Chlamydia trachomatis, Neisseria gonorrhoeae, Mycoplasma genitalium. Polymicrobial vaginal bacteria are also implicated
Presence of an STI supports the diagnosis but up to two-thirds of cases do not have a causative organism identified.
Note: PID occurs almost exclusively in people who are sexually active whether or not a pathogen is identified.
Rarely PID can be associated with a gynecological procedure such as an intra-uterine device (IUD) insertion, although in most cases post-procedural PID is also related to the presence of an STI.
Poorly defined; depends on pathogen
|How far to trace back|
|Usual testing method and treatment||
PID is a clinical diagnosis. Acute PID is difficult to diagnose because of its non-specific symptoms and its diagnosis can be missed. A PID diagnosis should be considered in all sexually active people assigned female at birth presenting with recent onset pelvic pain.
PID treatment should be initiated promptly without waiting for STI test results if any of cervical motion, uterine or adnexal tenderness are present on bimanual examination and following exclusion of important differential diagnoses (e.g. ectopic pregnancy). Recommended treatment covers potential infection with chlamydia, gonorrhoea and polymicrobial vaginal flora.
|Common signs and symptoms||
The symptoms and signs of PID vary widely in their presentation and severity. Mild or moderately severe PID can be managed in primary care while severe PID may require inpatient management.
The key symptom is recent onset pelvic pain in sexually active people assigned female at birth, particularly those aged 15-30 years
Pelvic pain may be similar to period pain, initially bilateral then localizing to the right or left iliac fossa
Other symptoms can include intermenstrual or post-coital bleeding and/or vaginal discharge, deep dyspareunia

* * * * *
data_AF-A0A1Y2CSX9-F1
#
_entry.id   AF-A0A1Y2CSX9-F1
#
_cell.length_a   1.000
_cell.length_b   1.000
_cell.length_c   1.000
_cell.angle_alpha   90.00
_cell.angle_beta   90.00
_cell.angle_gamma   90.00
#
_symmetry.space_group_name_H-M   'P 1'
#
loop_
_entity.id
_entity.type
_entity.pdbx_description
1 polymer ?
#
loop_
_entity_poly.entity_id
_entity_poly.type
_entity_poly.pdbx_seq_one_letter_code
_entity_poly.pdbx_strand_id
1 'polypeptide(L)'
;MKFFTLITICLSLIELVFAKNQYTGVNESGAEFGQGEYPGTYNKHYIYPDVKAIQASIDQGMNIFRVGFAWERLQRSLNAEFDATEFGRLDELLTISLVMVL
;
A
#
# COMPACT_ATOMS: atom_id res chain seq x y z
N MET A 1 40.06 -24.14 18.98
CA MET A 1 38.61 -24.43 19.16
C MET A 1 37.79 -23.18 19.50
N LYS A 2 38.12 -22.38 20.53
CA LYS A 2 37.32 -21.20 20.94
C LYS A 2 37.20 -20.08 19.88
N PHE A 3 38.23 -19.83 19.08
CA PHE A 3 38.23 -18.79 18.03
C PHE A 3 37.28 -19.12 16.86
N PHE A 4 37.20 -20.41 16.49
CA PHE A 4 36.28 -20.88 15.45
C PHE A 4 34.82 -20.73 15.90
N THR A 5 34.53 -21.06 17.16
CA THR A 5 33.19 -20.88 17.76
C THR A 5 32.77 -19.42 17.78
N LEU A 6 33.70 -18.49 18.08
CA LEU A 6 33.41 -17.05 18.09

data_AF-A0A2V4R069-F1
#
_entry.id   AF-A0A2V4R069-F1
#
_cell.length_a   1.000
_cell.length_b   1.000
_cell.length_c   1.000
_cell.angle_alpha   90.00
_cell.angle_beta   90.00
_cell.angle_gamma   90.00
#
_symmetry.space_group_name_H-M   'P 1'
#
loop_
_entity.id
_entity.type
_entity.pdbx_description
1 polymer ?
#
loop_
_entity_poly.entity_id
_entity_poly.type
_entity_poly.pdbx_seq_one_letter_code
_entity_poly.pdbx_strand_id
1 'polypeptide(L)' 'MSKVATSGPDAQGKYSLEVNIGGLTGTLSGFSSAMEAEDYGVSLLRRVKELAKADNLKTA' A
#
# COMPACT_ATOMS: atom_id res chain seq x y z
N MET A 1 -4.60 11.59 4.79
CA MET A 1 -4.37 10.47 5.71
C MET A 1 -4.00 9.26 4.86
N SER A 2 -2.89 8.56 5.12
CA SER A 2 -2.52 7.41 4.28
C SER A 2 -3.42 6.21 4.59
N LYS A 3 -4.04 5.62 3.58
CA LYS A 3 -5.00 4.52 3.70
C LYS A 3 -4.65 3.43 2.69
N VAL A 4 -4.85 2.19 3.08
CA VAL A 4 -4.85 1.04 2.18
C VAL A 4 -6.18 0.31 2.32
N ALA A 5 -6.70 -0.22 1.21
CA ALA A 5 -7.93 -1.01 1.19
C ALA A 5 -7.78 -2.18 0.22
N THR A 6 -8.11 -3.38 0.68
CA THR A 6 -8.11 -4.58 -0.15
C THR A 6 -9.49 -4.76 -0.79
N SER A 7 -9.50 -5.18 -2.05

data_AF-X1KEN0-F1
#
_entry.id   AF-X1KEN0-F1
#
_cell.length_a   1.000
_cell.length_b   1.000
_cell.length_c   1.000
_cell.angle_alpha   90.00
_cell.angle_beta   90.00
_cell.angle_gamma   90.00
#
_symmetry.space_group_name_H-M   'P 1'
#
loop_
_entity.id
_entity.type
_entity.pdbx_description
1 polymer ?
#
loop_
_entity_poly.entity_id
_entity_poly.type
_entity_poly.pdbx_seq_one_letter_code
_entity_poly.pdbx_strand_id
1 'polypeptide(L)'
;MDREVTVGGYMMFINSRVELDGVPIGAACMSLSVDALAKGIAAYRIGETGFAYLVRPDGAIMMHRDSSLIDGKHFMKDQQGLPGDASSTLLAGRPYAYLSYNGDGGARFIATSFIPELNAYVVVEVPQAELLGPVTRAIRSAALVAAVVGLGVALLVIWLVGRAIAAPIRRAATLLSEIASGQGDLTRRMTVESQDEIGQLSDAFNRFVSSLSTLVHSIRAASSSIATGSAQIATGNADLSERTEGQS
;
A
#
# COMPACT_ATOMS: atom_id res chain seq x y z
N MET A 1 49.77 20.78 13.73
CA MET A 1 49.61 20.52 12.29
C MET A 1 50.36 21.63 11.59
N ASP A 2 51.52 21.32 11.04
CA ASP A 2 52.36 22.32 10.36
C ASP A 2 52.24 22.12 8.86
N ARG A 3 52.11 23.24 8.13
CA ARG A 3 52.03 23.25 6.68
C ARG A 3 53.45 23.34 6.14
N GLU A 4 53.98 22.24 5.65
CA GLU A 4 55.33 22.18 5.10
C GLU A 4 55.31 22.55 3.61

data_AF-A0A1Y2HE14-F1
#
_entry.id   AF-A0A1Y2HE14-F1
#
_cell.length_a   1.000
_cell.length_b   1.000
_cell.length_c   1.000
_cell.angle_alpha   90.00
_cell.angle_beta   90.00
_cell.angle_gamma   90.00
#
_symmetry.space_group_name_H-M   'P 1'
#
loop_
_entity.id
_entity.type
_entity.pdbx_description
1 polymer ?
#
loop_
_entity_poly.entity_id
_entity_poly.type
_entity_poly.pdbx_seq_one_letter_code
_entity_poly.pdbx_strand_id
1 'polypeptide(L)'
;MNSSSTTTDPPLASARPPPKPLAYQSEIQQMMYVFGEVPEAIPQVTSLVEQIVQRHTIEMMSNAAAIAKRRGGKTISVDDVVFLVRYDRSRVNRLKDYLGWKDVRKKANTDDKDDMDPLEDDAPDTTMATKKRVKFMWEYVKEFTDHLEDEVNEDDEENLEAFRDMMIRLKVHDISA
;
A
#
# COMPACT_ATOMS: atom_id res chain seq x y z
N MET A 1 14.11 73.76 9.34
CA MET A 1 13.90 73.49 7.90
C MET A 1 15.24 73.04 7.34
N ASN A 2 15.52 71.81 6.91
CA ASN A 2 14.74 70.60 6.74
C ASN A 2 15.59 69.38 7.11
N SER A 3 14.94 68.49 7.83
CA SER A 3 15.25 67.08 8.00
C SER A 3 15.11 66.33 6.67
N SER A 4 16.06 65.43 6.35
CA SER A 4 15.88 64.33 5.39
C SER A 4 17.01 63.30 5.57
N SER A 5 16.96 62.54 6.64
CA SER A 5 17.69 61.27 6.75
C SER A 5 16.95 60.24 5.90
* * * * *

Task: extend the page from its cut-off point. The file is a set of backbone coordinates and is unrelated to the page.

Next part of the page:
Fever, nausea, vomiting or may indicate severe infection
|Likelihood of transmission per act of condomless intercourse||Depends on specific pathogen|
|Likelihood of long-term sexual partner being infected||Depends on specific pathogen|
|Protective effect of condoms||High for sexually transmitted pathogens|
|Transmission by oral sex||
|Duration of potential infectivity||
Depends on specific pathogen
Infertility due to scarring /blockage of fallopian tubes
Chronic pelvic pain
Fitz-Hugh Curtis Syndrome
|Direct benefit of detection and treatment of contacts||
Cure where a pathogen is isolated
Stopping ongoing STI transmission where a pathogen is isolated.
Reducing the risk of reinfection with an STI in the index case where a pathogen is isolated.
|Usual management of contacts|
|Contact tracing priority||
High — Where C. trachomatis, N. gonorrhoeae or M. genitalium are isolated
Contact your local specialist service if no pathogen is identified
Australasian Sexual Health Alliance. Australasian STI Management Guidelines for Use in Primary Care: ASHA; 2018 [Available at: http://www.sti.guidelines.org.au/
Bateson D, Edmiston N. Pelvic inflammatory disease: Management of new onset low abdominal pain in young women. MedicineToday. 2016;17 (7):14-22.
NSW STI Programs Unit. Acute abdominal pain in women. NSW Health. 2017. Available online at: https://stipu.nsw.gov.au/gp/hiv-and-sti-clinical-management/acute-abdominal-pain-in-women/
Page last updated September 2022